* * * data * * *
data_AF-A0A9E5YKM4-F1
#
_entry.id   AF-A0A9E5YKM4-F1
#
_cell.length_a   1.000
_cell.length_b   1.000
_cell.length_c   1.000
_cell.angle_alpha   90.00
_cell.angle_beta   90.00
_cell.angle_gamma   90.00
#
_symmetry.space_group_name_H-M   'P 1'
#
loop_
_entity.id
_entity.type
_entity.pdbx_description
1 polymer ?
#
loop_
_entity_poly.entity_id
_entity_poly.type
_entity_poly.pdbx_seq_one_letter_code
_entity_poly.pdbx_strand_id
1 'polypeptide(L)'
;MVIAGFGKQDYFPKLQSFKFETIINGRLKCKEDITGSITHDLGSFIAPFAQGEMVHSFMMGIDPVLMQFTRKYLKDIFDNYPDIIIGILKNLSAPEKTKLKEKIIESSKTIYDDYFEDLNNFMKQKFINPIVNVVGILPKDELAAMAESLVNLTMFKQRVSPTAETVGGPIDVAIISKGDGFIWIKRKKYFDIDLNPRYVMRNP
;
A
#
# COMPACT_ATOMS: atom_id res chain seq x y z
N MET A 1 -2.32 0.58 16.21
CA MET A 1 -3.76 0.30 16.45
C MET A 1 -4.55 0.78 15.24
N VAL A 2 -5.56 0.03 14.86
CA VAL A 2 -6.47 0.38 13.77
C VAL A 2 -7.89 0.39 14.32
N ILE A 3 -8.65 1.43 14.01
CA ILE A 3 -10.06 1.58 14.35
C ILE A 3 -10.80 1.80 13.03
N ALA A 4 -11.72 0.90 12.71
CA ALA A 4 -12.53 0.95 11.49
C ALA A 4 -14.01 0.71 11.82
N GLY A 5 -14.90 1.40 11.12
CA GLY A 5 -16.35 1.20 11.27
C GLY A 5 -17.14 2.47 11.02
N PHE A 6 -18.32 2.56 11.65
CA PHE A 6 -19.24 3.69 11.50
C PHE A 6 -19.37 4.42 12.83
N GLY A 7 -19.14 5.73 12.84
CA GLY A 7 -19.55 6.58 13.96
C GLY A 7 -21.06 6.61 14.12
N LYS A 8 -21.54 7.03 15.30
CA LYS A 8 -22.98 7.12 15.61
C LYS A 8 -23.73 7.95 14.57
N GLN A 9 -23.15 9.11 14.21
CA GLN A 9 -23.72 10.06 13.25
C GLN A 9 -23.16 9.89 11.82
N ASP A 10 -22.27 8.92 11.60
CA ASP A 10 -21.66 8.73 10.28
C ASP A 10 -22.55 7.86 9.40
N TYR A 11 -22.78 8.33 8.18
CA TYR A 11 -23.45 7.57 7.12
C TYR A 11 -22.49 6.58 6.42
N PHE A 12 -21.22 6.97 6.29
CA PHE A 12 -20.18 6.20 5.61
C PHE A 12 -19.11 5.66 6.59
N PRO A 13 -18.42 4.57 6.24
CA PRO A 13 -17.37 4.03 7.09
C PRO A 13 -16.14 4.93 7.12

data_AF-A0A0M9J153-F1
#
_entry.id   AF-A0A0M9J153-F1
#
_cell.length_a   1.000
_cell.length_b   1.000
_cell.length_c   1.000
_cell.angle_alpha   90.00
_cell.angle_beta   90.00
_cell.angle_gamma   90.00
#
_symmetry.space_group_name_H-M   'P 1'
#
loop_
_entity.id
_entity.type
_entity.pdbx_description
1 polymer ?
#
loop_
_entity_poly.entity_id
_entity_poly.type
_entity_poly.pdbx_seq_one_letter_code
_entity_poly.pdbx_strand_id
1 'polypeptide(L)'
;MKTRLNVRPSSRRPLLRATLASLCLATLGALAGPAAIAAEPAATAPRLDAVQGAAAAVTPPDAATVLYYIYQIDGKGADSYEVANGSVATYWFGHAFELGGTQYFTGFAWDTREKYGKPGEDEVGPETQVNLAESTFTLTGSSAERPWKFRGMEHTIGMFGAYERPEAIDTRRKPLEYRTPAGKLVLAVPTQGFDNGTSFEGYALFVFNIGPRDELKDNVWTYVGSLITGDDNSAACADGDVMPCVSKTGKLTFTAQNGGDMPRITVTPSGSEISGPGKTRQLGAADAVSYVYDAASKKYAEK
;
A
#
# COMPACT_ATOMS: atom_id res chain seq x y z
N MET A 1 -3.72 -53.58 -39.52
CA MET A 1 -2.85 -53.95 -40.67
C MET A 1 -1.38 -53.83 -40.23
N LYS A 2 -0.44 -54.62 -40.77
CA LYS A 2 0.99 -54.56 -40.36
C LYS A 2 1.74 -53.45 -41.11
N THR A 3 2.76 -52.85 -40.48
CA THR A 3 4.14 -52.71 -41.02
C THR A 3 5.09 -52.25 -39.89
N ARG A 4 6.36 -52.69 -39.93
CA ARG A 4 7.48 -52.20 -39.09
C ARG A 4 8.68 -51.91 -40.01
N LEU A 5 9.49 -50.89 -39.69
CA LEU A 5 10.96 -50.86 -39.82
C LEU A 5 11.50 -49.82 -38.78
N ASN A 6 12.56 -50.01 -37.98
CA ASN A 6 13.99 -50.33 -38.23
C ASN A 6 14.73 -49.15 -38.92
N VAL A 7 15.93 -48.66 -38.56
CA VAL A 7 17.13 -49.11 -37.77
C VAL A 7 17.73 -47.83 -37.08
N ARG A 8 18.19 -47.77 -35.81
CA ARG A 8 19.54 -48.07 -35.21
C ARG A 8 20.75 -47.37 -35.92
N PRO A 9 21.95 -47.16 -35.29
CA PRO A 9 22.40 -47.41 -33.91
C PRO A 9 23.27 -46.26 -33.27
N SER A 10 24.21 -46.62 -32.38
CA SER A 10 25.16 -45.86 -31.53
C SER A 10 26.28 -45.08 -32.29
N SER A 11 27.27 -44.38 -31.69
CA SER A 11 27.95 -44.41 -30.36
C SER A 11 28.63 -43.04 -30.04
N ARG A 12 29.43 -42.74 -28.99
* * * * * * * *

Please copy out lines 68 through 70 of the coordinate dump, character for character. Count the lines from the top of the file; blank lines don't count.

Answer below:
CA PRO A 13 -17.37 4.03 7.09
C PRO A 13 -16.14 4.93 7.12

data_AF-A0A0M9J153-F1